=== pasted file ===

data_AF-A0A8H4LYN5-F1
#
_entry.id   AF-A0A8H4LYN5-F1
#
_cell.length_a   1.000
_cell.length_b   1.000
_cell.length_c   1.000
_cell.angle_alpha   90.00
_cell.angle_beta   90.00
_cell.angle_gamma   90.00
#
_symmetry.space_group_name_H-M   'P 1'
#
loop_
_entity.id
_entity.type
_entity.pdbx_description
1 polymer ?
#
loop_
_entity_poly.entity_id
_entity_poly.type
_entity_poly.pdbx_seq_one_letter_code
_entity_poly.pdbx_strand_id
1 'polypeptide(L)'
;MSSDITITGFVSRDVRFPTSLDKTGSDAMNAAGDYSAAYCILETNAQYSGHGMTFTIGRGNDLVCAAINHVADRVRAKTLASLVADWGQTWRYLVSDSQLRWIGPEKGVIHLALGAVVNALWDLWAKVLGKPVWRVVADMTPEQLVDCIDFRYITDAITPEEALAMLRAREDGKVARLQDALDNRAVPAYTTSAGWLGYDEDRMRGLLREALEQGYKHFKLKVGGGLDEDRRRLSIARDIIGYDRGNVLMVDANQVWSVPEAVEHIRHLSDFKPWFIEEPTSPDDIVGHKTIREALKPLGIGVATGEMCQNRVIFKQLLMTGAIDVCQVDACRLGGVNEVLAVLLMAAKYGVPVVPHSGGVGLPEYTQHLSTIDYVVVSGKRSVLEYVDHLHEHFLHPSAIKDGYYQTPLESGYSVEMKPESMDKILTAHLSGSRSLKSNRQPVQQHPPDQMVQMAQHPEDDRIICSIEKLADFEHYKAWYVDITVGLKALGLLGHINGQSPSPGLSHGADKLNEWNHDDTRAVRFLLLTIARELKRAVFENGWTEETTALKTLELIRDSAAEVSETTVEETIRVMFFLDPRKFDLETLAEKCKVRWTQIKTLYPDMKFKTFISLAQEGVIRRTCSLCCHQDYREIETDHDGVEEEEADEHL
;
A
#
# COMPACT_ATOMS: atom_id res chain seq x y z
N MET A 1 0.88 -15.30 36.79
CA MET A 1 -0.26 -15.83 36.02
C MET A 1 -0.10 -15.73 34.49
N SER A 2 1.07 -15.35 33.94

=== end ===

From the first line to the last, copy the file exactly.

data_AF-A0A8H4LYN5-F1
#
_entry.id   AF-A0A8H4LYN5-F1
#
_cell.length_a   1.000
_cell.length_b   1.000
_cell.length_c   1.000
_cell.angle_alpha   90.00
_cell.angle_beta   90.00
_cell.angle_gamma   90.00
#
_symmetry.space_group_name_H-M   'P 1'
#
loop_
_entity.id
_entity.type
_entity.pdbx_description
1 polymer ?
#
loop_
_entity_poly.entity_id
_entity_poly.type
_entity_poly.pdbx_seq_one_letter_code
_entity_poly.pdbx_strand_id
1 'polypeptide(L)'
;MSSDITITGFVSRDVRFPTSLDKTGSDAMNAAGDYSAAYCILETNAQYSGHGMTFTIGRGNDLVCAAINHVADRVRAKTLASLVADWGQTWRYLVSDSQLRWIGPEKGVIHLALGAVVNALWDLWAKVLGKPVWRVVADMTPEQLVDCIDFRYITDAITPEEALAMLRAREDGKVARLQDALDNRAVPAYTTSAGWLGYDEDRMRGLLREALEQGYKHFKLKVGGGLDEDRRRLSIARDIIGYDRGNVLMVDANQVWSVPEAVEHIRHLSDFKPWFIEEPTSPDDIVGHKTIREALKPLGIGVATGEMCQNRVIFKQLLMTGAIDVCQVDACRLGGVNEVLAVLLMAAKYGVPVVPHSGGVGLPEYTQHLSTIDYVVVSGKRSVLEYVDHLHEHFLHPSAIKDGYYQTPLESGYSVEMKPESMDKILTAHLSGSRSLKSNRQPVQQHPPDQMVQMAQHPEDDRIICSIEKLADFEHYKAWYVDITVGLKALGLLGHINGQSPSPGLSHGADKLNEWNHDDTRAVRFLLLTIARELKRAVFENGWTEETTALKTLELIRDSAAEVSETTVEETIRVMFFLDPRKFDLETLAEKCKVRWTQIKTLYPDMKFKTFISLAQEGVIRRTCSLCCHQDYREIETDHDGVEEEEADEHL
;
A
#
# COMPACT_ATOMS: atom_id res chain seq x y z
N MET A 1 0.88 -15.30 36.79
CA MET A 1 -0.26 -15.83 36.02
C MET A 1 -0.10 -15.73 34.49
N SER A 2 1.07 -15.35 33.94